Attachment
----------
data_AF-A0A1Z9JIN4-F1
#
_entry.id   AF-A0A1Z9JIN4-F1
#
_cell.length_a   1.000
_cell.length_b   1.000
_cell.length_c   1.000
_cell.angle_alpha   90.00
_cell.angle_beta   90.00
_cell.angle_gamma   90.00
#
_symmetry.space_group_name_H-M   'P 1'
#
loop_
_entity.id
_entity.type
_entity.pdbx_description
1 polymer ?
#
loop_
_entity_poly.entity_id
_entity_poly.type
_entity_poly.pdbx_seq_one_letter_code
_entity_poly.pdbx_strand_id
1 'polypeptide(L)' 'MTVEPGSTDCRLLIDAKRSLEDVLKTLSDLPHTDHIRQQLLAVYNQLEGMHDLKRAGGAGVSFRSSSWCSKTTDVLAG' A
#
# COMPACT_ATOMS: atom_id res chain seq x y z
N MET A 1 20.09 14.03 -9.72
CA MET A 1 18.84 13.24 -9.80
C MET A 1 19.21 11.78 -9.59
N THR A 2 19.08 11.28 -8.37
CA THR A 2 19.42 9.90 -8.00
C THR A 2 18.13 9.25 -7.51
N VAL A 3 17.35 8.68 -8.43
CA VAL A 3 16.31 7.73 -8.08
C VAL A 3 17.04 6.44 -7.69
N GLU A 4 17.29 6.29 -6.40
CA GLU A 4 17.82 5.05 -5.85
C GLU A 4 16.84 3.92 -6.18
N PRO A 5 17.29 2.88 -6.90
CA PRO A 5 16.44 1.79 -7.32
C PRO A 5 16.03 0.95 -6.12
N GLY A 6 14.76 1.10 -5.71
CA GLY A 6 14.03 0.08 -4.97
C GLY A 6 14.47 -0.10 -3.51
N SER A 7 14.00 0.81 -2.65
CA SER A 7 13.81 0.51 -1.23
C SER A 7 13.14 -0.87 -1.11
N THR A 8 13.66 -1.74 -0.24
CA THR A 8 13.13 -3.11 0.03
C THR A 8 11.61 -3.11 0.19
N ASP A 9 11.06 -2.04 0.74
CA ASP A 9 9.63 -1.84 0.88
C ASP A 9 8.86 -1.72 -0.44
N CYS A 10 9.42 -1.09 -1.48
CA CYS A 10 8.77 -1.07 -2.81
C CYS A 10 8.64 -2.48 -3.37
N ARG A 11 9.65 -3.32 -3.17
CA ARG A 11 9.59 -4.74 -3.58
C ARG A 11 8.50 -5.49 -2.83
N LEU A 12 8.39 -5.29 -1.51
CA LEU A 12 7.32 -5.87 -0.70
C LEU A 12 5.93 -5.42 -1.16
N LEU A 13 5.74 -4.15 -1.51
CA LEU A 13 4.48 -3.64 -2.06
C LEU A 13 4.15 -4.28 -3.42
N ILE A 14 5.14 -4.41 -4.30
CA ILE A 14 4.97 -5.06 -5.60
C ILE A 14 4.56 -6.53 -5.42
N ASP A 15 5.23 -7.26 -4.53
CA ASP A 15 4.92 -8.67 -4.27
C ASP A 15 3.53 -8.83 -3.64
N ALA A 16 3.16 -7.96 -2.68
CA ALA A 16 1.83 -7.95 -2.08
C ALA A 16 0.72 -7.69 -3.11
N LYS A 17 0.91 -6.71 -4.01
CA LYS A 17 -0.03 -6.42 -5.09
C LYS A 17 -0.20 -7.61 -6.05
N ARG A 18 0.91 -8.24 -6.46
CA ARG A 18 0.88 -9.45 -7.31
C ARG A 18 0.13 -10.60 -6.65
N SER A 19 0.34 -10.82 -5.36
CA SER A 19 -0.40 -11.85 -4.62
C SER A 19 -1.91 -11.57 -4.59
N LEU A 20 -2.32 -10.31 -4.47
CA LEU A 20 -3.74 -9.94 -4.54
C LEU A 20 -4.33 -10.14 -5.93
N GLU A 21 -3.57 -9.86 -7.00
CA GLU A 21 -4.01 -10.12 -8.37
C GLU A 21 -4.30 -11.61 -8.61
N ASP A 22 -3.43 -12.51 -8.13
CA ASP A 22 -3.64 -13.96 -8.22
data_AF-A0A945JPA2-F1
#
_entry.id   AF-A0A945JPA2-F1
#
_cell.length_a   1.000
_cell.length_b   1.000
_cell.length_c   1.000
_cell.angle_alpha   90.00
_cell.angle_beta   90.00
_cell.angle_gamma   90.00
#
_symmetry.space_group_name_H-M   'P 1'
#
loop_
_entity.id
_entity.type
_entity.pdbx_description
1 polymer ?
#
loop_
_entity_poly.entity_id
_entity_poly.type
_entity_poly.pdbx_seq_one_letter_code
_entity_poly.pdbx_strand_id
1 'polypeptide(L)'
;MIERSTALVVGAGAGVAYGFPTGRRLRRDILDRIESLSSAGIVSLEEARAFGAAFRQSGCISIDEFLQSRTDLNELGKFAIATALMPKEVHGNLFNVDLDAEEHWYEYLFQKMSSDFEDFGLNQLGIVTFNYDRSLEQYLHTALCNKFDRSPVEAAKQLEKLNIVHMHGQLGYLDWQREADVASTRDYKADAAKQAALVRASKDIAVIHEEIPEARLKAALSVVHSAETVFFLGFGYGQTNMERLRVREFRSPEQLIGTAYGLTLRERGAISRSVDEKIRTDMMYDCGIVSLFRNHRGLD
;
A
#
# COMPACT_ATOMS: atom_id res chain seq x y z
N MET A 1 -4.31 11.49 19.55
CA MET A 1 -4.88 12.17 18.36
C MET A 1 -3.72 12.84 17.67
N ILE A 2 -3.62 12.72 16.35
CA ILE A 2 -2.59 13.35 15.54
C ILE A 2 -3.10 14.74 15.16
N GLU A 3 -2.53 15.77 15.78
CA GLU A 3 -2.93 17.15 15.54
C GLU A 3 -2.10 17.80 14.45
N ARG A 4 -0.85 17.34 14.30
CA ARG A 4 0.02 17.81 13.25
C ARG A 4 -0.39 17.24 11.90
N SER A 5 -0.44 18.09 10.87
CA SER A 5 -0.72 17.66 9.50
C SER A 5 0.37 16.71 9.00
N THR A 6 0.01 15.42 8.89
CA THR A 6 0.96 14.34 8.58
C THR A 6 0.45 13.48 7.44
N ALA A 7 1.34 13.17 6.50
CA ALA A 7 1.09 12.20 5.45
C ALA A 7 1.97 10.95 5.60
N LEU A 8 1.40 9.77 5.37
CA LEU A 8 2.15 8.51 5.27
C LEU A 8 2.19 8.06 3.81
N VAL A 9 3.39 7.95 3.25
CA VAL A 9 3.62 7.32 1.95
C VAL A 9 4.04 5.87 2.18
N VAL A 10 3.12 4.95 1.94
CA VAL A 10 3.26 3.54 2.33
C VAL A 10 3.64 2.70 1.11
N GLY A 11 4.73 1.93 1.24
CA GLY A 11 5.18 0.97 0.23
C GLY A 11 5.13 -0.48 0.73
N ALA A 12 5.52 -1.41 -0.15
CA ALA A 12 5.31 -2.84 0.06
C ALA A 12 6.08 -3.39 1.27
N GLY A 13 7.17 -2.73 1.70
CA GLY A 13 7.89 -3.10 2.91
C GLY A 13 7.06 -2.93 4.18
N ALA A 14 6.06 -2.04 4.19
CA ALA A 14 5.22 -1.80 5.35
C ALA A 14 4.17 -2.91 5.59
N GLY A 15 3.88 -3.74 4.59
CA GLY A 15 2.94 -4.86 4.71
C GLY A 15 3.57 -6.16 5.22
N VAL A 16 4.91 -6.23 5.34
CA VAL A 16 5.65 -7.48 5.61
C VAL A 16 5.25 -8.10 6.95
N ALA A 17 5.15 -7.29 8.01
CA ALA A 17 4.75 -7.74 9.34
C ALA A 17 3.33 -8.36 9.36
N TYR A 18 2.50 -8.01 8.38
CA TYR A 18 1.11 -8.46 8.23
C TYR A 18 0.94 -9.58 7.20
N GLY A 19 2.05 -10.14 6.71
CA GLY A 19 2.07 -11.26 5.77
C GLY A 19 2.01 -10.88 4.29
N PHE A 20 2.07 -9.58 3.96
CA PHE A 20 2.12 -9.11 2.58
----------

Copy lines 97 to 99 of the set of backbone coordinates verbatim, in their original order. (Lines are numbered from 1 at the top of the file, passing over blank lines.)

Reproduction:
_cell.length_a   1.000
_cell.length_b   1.000
_cell.length_c   1.000